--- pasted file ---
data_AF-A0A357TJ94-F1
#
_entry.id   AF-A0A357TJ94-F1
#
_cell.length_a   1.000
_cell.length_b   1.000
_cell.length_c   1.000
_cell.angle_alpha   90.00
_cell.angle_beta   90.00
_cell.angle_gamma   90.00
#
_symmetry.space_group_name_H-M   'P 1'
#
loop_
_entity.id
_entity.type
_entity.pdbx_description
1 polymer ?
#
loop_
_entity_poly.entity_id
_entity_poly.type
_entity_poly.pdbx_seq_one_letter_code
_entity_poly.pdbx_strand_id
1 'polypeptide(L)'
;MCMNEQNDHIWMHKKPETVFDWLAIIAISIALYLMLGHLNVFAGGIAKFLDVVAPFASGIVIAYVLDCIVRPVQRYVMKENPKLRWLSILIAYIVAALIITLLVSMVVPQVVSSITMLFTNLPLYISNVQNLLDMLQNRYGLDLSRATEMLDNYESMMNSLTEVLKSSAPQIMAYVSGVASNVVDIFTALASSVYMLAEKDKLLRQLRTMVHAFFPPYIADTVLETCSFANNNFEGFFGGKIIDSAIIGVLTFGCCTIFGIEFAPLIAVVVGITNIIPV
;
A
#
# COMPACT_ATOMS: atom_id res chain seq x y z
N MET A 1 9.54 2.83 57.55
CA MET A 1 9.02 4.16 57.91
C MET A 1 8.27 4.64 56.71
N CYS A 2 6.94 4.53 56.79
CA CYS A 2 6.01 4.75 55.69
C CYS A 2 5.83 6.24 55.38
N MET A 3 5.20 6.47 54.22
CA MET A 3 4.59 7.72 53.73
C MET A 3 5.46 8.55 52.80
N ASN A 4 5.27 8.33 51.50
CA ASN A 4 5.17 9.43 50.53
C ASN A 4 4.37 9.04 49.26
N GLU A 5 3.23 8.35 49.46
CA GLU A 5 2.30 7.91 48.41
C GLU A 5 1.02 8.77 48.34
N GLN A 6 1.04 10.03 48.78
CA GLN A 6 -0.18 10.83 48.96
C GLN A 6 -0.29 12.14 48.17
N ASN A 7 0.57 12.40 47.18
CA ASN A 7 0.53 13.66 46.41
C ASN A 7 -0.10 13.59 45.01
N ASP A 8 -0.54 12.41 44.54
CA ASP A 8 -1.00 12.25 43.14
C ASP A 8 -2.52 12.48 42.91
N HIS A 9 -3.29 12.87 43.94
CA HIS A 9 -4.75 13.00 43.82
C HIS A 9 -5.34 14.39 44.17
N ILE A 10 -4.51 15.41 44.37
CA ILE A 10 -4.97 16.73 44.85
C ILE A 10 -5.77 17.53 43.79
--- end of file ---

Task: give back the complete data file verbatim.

data_AF-A0A357TJ94-F1
#
_entry.id   AF-A0A357TJ94-F1
#
_cell.length_a   1.000
_cell.length_b   1.000
_cell.length_c   1.000
_cell.angle_alpha   90.00
_cell.angle_beta   90.00
_cell.angle_gamma   90.00
#
_symmetry.space_group_name_H-M   'P 1'
#
loop_
_entity.id
_entity.type
_entity.pdbx_description
1 polymer ?
#
loop_
_entity_poly.entity_id
_entity_poly.type
_entity_poly.pdbx_seq_one_letter_code
_entity_poly.pdbx_strand_id
1 'polypeptide(L)'
;MCMNEQNDHIWMHKKPETVFDWLAIIAISIALYLMLGHLNVFAGGIAKFLDVVAPFASGIVIAYVLDCIVRPVQRYVMKENPKLRWLSILIAYIVAALIITLLVSMVVPQVVSSITMLFTNLPLYISNVQNLLDMLQNRYGLDLSRATEMLDNYESMMNSLTEVLKSSAPQIMAYVSGVASNVVDIFTALASSVYMLAEKDKLLRQLRTMVHAFFPPYIADTVLETCSFANNNFEGFFGGKIIDSAIIGVLTFGCCTIFGIEFAPLIAVVVGITNIIPV
;
A
#
# COMPACT_ATOMS: atom_id res chain seq x y z
N MET A 1 9.54 2.83 57.55
CA MET A 1 9.02 4.16 57.91
C MET A 1 8.27 4.64 56.71
N CYS A 2 6.94 4.53 56.79
CA CYS A 2 6.01 4.75 55.69
C CYS A 2 5.83 6.24 55.38
N MET A 3 5.20 6.47 54.22
CA MET A 3 4.59 7.72 53.73
C MET A 3 5.46 8.55 52.80
N ASN A 4 5.27 8.33 51.50
CA ASN A 4 5.17 9.43 50.53
C ASN A 4 4.37 9.04 49.26
N GLU A 5 3.23 8.35 49.46
CA GLU A 5 2.30 7.91 48.41
C GLU A 5 1.02 8.77 48.34
N GLN A 6 1.04 10.03 48.78
CA GLN A 6 -0.18 10.83 48.96
C GLN A 6 -0.29 12.14 48.17
N ASN A 7 0.57 12.40 47.18
CA ASN A 7 0.53 13.66 46.41
C ASN A 7 -0.10 13.59 45.01
N ASP A 8 -0.54 12.41 44.54
CA ASP A 8 -1.00 12.25 43.14
C ASP A 8 -2.52 12.48 42.91
N HIS A 9 -3.29 12.87 43.94
CA HIS A 9 -4.75 13.00 43.82
C HIS A 9 -5.34 14.39 44.17
N ILE A 10 -4.51 15.41 44.37
CA ILE A 10 -4.97 16.73 44.85
C ILE A 10 -5.77 17.53 43.79